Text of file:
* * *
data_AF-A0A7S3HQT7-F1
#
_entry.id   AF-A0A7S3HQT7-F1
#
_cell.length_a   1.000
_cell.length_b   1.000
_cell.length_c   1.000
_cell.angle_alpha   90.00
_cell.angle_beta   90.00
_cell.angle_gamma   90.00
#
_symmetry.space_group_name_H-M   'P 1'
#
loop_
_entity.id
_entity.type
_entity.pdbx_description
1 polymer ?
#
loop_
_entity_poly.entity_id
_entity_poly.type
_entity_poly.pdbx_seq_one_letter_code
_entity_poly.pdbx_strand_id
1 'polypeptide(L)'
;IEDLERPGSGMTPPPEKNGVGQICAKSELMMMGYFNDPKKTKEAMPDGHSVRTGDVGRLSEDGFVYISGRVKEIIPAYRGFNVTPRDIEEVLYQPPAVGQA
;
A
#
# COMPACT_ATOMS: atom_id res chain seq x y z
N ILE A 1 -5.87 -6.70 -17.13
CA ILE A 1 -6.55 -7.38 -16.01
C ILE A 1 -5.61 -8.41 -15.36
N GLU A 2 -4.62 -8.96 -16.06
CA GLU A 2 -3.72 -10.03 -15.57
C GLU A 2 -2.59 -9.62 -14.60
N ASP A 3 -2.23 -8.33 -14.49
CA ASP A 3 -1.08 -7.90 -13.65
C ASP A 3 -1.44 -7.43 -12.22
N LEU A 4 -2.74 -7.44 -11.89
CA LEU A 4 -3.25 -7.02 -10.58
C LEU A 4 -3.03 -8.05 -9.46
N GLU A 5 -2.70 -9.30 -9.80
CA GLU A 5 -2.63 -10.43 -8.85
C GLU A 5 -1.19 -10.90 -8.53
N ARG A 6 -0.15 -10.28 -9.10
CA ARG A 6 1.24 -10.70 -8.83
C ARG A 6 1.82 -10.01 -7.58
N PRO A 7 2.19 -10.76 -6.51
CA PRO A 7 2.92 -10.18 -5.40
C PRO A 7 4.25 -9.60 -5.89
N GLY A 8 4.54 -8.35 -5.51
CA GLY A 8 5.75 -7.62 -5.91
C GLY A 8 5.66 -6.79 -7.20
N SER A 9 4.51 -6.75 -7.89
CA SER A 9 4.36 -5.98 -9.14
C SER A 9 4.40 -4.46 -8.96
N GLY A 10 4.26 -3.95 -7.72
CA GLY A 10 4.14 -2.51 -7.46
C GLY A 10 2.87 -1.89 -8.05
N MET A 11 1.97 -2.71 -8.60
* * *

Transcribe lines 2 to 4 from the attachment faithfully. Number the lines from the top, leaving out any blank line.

#
_entry.id   AF-A0A7S3HQT7-F1
#